3 Key Responsibilities of Landlords

key responsibilities of landlords

According to RubyHome, 34% of the residences in the U.S. are rented by those living there. Although the majority of renters choose apartments, others rent rooms or houses. In all of these transactions, while tenants have conditions they must abide by, landlords are bound by laws generated by the state where they live.

Some states have a more significant percentage of renters than others. To pinpoint only one U.S. state, according to DoorLoop, almost 37% of people who live in New Jersey rent the home where they live. If you’re planning on renting an apartment or any other rental unit, you may have questions about the responsibilities that your landlord will have towards you. Here are some guidelines in three critical areas of responsibility that landlords must abide by:

Before You Move In

According to the Department of Housing and Urban Development, a landlord must follow the tenets of the Fair Housing Law. This law forbids a landlord or rental agent to deny someone housing because of their race, religion, ethnic origin, or family status. Sexual orientation and gender identity can’t be used to deny housing, either. If you believe you were denied acceptance by a prospective landlord or rental agent for any of those reasons, you can file a complaint against them.

Once an agreement is made to rent an apartment, the landlord must prepare the unit in anticipation of your move-in day. A typical lease contract signed by the landlord and tenant will mandate that the landlord must provide a safe unit that is ready to be lived in. The rental unit must be clean and free of mold or water leaks. Any appliances included with the apartment must be in good working order.

While You Live There

Your landlord’s business obligations continue while you live on their rented property. Your landlord must provide a way to contact them when you need repairs. It’s up to the landlord to maintain the property, including mowing the lawn or snow removal. If safety hazards occur in common areas (like stairwells or hallways), the landlord must return the area to safety.

One of the requirements typically mandated by a lease is to maintain quiet during specified hours. Landlords are held accountable if this mandate is violated. The landlord must give the tenant notice before they enter their apartment. According to American Family Insurance, this notice must typically be given 24 to 48 hours in advance.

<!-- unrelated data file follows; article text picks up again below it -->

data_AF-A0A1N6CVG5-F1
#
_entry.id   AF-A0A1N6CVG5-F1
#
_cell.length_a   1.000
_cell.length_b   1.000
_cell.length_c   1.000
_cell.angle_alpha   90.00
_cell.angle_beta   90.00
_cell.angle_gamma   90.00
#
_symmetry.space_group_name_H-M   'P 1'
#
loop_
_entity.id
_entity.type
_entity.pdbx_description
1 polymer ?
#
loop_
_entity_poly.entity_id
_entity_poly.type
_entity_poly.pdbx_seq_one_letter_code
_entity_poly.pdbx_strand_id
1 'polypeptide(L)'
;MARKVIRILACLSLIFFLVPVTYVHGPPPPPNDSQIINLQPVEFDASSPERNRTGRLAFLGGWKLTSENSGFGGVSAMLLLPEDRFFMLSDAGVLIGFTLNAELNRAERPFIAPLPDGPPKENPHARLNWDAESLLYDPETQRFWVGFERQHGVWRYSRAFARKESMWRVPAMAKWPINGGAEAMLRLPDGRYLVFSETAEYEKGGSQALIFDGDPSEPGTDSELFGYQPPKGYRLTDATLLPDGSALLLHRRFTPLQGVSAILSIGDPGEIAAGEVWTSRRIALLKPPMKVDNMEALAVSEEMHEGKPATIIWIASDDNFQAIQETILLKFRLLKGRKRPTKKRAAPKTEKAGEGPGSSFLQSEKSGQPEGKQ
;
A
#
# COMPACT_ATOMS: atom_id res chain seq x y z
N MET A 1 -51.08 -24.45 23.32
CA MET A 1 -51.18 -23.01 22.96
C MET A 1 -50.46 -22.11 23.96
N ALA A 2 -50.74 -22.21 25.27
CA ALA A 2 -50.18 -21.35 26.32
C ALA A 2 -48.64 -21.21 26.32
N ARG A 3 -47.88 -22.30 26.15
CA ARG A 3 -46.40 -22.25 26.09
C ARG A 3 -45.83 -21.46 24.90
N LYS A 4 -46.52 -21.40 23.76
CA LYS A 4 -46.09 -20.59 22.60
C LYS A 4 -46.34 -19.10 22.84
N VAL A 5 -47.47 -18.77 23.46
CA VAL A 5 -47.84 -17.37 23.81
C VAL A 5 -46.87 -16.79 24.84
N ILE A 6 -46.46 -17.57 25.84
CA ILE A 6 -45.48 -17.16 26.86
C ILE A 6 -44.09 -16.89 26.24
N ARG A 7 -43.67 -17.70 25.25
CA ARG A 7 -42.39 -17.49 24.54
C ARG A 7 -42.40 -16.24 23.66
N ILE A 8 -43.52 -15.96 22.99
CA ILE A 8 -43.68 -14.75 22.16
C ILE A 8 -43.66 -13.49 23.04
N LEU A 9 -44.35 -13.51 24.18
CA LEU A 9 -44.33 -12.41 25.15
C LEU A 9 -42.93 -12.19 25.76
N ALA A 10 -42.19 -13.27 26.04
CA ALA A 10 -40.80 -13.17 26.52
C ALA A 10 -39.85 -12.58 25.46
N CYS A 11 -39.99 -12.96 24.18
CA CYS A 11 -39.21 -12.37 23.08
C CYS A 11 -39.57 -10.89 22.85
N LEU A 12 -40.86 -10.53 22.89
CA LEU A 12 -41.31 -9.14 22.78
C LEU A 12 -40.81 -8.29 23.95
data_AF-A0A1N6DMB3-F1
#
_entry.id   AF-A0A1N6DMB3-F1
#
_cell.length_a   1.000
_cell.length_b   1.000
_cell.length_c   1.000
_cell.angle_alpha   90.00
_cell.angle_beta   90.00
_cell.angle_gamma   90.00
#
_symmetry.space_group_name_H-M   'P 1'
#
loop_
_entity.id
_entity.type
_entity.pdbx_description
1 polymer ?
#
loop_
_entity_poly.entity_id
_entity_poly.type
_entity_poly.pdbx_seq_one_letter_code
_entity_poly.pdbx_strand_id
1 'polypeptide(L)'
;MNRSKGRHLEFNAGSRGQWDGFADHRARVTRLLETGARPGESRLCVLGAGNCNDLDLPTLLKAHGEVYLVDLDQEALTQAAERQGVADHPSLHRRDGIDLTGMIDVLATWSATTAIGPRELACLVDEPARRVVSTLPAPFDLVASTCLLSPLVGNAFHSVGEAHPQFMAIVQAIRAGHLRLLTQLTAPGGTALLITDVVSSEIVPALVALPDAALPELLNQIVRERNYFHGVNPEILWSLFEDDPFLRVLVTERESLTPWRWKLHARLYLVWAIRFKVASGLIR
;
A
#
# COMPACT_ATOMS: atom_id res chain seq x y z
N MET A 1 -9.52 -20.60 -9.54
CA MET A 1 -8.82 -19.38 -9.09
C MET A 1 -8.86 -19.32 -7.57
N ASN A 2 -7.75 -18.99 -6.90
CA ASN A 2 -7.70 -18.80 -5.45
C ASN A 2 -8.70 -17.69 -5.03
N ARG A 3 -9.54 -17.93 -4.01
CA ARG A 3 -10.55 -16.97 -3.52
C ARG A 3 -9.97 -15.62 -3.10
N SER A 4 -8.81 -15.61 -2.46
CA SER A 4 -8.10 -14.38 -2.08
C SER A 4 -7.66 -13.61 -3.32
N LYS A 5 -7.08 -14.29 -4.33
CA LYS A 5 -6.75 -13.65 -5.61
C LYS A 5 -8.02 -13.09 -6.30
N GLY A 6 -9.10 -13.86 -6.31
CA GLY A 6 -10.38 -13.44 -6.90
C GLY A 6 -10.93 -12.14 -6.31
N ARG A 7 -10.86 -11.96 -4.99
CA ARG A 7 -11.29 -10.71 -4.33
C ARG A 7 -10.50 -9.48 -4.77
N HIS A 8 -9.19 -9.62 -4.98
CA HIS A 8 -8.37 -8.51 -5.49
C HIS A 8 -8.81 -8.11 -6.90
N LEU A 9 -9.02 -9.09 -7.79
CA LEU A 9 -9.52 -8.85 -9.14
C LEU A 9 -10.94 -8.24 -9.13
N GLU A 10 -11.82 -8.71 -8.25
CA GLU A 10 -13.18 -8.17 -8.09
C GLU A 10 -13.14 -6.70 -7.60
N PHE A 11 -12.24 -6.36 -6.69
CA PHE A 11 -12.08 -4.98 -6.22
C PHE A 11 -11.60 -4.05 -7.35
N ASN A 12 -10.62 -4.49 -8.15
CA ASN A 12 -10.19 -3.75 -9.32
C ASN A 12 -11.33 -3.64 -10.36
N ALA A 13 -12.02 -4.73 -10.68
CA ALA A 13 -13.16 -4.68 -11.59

Renters must pay their rent on time, and landlords must notify their tenants 30 to 60 days in advance if the rent is to be raised. Landlords must keep a renter’s security deposit in their rental agency’s business bank account. Therefore, if a renter moves out, the landlord must quickly return the deposit.

If they Plan to Evict You

Your lease agreement will spell out the conditions under which your landlord can evict you. Common reasons include non-payment of rent or causing significant damage to the property. If a tenant doesn’t maintain a clean home – perhaps to the point where pests are invading, this can also result in eviction.

If you are convicted of a crime while on the premises, the landlord can require you to move out. Each state of the U.S. has a government-mandated eviction process. To cite a specific example, in New York State, landlords must file a motion in the municipal court to lawfully evict a tenant.

These requirements have been established to ensure tenants have safe and comfortable homes. You may think of these requirements as a tenant’s investment in their property. However, you could also view them as part of what you pay for renting your home. Either way, these guidelines have become a part of the business exchange between you and your landlord.